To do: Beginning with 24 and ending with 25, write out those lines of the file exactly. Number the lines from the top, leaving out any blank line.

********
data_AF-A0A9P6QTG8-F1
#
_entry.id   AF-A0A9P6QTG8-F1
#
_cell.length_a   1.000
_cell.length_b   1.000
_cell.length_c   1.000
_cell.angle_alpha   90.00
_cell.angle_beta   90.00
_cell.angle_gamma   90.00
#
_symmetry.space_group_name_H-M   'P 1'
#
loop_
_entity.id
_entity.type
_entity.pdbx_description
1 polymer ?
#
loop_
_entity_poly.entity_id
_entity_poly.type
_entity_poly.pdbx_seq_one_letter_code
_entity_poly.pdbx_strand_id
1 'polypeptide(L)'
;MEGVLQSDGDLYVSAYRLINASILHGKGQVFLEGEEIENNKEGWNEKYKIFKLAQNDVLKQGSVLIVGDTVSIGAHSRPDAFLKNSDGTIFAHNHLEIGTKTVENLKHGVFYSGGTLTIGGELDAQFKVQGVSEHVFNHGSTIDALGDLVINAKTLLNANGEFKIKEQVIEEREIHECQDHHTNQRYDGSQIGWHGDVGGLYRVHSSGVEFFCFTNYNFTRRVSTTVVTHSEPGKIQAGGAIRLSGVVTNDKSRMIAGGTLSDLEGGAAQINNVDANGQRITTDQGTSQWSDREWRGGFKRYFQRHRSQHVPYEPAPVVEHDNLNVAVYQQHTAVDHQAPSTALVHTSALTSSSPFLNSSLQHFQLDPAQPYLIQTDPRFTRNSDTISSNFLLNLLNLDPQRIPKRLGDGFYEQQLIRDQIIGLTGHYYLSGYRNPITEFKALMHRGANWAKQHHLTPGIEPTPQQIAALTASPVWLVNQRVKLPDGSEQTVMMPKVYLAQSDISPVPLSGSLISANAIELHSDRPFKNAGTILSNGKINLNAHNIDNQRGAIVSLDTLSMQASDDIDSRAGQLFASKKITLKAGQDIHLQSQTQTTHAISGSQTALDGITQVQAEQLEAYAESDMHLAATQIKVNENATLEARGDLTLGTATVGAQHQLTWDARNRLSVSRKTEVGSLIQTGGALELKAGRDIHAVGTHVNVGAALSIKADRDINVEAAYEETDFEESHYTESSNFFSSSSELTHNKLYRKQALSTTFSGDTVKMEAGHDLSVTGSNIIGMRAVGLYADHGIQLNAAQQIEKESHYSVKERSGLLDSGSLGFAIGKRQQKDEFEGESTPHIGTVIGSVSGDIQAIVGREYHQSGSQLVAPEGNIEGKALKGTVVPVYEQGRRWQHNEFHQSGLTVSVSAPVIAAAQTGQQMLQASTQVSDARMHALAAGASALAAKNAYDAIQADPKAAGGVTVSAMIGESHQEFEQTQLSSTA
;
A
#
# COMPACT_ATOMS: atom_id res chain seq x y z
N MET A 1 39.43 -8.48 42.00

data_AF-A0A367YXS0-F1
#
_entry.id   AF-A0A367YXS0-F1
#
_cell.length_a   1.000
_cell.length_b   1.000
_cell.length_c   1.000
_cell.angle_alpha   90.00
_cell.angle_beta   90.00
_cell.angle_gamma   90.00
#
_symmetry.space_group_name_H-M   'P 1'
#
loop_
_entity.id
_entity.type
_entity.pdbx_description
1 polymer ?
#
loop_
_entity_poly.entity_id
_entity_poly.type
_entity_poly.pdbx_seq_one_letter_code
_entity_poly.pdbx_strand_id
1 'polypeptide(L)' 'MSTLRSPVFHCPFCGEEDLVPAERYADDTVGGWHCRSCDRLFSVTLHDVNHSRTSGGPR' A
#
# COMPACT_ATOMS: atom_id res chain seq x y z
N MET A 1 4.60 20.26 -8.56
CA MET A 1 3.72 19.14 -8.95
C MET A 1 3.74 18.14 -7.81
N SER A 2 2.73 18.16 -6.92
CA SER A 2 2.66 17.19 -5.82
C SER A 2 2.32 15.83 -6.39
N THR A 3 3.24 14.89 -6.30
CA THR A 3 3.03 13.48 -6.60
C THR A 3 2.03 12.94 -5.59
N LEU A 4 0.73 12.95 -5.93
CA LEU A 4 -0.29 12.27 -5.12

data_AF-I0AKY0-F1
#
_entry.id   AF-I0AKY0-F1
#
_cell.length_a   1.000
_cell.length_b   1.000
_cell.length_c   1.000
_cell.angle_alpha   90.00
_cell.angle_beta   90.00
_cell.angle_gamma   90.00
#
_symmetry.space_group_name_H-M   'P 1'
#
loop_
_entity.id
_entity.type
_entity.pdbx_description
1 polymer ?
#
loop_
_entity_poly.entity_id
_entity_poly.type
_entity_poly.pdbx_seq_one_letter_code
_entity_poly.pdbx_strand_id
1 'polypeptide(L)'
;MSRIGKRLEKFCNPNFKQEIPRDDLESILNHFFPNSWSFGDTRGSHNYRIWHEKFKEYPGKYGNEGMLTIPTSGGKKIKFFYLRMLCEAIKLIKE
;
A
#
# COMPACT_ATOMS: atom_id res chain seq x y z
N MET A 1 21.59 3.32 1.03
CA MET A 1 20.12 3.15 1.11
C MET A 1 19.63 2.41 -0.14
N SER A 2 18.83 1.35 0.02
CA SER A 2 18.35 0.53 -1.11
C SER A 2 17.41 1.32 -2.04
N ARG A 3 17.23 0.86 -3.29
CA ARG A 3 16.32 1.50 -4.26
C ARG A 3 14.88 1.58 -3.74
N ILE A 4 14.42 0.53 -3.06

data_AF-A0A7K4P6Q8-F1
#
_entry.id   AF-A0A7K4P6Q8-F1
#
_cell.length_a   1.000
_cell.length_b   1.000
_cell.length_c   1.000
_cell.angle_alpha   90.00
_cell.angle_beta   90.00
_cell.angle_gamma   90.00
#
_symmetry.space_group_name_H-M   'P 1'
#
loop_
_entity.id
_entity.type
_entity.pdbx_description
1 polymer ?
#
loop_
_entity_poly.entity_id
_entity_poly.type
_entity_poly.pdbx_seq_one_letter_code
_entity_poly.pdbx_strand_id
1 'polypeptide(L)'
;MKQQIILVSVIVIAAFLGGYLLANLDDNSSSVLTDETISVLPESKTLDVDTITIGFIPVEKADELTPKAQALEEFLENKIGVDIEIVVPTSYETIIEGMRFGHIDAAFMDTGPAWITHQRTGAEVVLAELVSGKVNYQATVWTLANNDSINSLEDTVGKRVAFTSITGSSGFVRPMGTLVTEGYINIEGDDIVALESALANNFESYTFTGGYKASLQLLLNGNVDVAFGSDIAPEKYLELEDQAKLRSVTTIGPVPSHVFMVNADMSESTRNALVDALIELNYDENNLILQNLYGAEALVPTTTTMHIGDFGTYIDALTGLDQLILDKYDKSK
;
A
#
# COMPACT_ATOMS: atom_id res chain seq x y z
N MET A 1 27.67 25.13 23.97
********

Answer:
_entity_poly.pdbx_strand_id
1 'polypeptide(L)'